Hills And Ridges Doctrine
Under Pennsylvania law, property owners are bound by the Hills And Ridges Doctrine. This law establishes rules for clearing ice and snow which account for the specific climate conditions of this region. Slippery or icy walking conditions in and of themselves are not quite enough to prove negligence in a slip and fall accident. Instead, there are a few more specific criteria which a plaintiff must prove:
- Snow and ice had accumulated on the sidewalk in ridges or elevations of such size and character as to unreasonably obstruct travel and constitute a danger to pedestrians traveling thereon.
- The property owner had notice, either actual or constructive, of the existence of such condition.
- It was the dangerous accumulation of snow and ice which caused the plaintiff to fall.
Because of the high frequency of winter weather conditions in this region, lawmakers adopted this doctrine to protect property owners from unreasonable burdens related to clearing walking surfaces. For example, it would be extremely difficult to clear an icy or snowy walkway during the middle of the storm. Therefore, a property owner may not be held liable for an accident which occurred during or immediately after a storm. However, ignoring accumulations for days afterward may constitute negligence.
Exceptions To Hills And Ridges
The Hills And Ridges Doctrine is complicated and must be applied on a case by case basis. There are exceptions to this rule which depend on the specific circumstances of the case.
If it can be proved that icy conditions were caused by a defect in the underlying surface, then the property owner may still be found negligent without satisfying the three criteria of the
For example, in Clayton v. Durham, 417 A.2d 1196 (Pa. Super. 1980), the court found an exception to this rule because a sidewalk depression had caused water to accumulate and freeze. By failing to correct this fault, the property owner was found negligent.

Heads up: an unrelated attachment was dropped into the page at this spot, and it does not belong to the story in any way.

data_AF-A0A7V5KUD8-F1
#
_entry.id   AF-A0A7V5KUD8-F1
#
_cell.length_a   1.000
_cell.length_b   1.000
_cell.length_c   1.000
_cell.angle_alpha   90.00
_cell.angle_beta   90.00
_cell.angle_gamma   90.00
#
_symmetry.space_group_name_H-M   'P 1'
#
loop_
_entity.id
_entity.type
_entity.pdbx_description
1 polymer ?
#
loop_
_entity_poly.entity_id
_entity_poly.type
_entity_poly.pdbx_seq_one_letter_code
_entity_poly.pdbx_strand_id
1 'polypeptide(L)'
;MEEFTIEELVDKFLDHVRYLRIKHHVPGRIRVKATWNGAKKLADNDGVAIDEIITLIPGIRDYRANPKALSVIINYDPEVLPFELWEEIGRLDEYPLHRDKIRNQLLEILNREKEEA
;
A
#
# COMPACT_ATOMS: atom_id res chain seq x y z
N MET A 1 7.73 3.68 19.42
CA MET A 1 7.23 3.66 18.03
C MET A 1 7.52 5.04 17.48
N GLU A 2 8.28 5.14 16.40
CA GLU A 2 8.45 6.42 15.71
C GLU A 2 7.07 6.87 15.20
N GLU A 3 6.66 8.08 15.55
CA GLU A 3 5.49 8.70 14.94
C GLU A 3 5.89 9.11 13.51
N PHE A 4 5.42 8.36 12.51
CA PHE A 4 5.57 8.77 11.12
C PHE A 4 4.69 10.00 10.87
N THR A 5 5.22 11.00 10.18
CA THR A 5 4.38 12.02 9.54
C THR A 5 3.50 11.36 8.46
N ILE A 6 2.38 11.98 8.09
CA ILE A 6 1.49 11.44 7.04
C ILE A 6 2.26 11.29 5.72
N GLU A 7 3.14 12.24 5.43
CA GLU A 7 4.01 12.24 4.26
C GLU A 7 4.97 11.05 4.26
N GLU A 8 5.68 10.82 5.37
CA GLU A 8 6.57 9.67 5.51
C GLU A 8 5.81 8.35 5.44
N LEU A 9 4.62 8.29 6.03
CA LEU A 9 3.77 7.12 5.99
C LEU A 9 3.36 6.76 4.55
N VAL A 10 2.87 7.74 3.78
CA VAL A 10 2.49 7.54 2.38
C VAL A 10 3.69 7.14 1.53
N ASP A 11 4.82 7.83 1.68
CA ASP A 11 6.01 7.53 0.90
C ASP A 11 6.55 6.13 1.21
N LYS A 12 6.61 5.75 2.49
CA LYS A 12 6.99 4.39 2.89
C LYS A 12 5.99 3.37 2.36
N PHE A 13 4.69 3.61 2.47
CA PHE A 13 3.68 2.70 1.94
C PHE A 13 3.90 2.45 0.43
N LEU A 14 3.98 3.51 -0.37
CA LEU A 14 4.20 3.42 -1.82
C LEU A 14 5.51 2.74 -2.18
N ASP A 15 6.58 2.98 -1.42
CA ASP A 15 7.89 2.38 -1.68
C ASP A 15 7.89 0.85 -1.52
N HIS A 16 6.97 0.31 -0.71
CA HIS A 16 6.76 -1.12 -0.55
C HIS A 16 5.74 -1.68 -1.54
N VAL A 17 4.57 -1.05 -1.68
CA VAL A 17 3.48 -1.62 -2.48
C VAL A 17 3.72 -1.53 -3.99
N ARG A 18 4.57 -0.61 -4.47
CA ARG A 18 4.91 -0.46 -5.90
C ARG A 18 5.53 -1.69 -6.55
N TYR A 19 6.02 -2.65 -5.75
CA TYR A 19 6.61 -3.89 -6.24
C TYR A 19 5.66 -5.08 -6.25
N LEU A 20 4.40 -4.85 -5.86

Exceptions are also made if a fall resulted from an isolated patch of ice, and the general conditions of the area were not icy or slippery. For example, if a pedestrian slips on a patch of ice outside of a business several days after a snowstorm, there is a good chance that the property owner would be found negligible for not clearing the patch.
Dangerous walking conditions can lead to serious injuries. These injuries may affect victims for weeks, months, or in extreme cases, leave them permanently disabled. Some examples of common injuries include:
- Broken bones - The impact of a fall on hard concrete can easily lead to bone fractures.
- Traumatic brain injuries - Many S&F victims hit their heads hard once they land on the ground, which can lead to a traumatic brain injury such as a concussion.
- Back injuries - Victims who land on their back may experience an array of back problems, including broken vertebrae and chronic back pain.
- Bruises - Serious bruising may occur which can make daily life and normal physical motions unnecessarily painful.
- Spinal cord injuries - In some cases, victims may suffer from serious spinal cord injuries. These are some of the most serious injuries and can leave victims permanently disabled or even paralyzed.
The recovery process for these injuries is extremely taxing for victims - often leading to high medical bills, loss of income and working potential, pain and suffering, and a loss of quality of life. If an insurance policy proves inadequate for covering expenses, a personal injury lawsuit may be the best way to hold at-fault parties responsible for the negligence which caused a serious injury.
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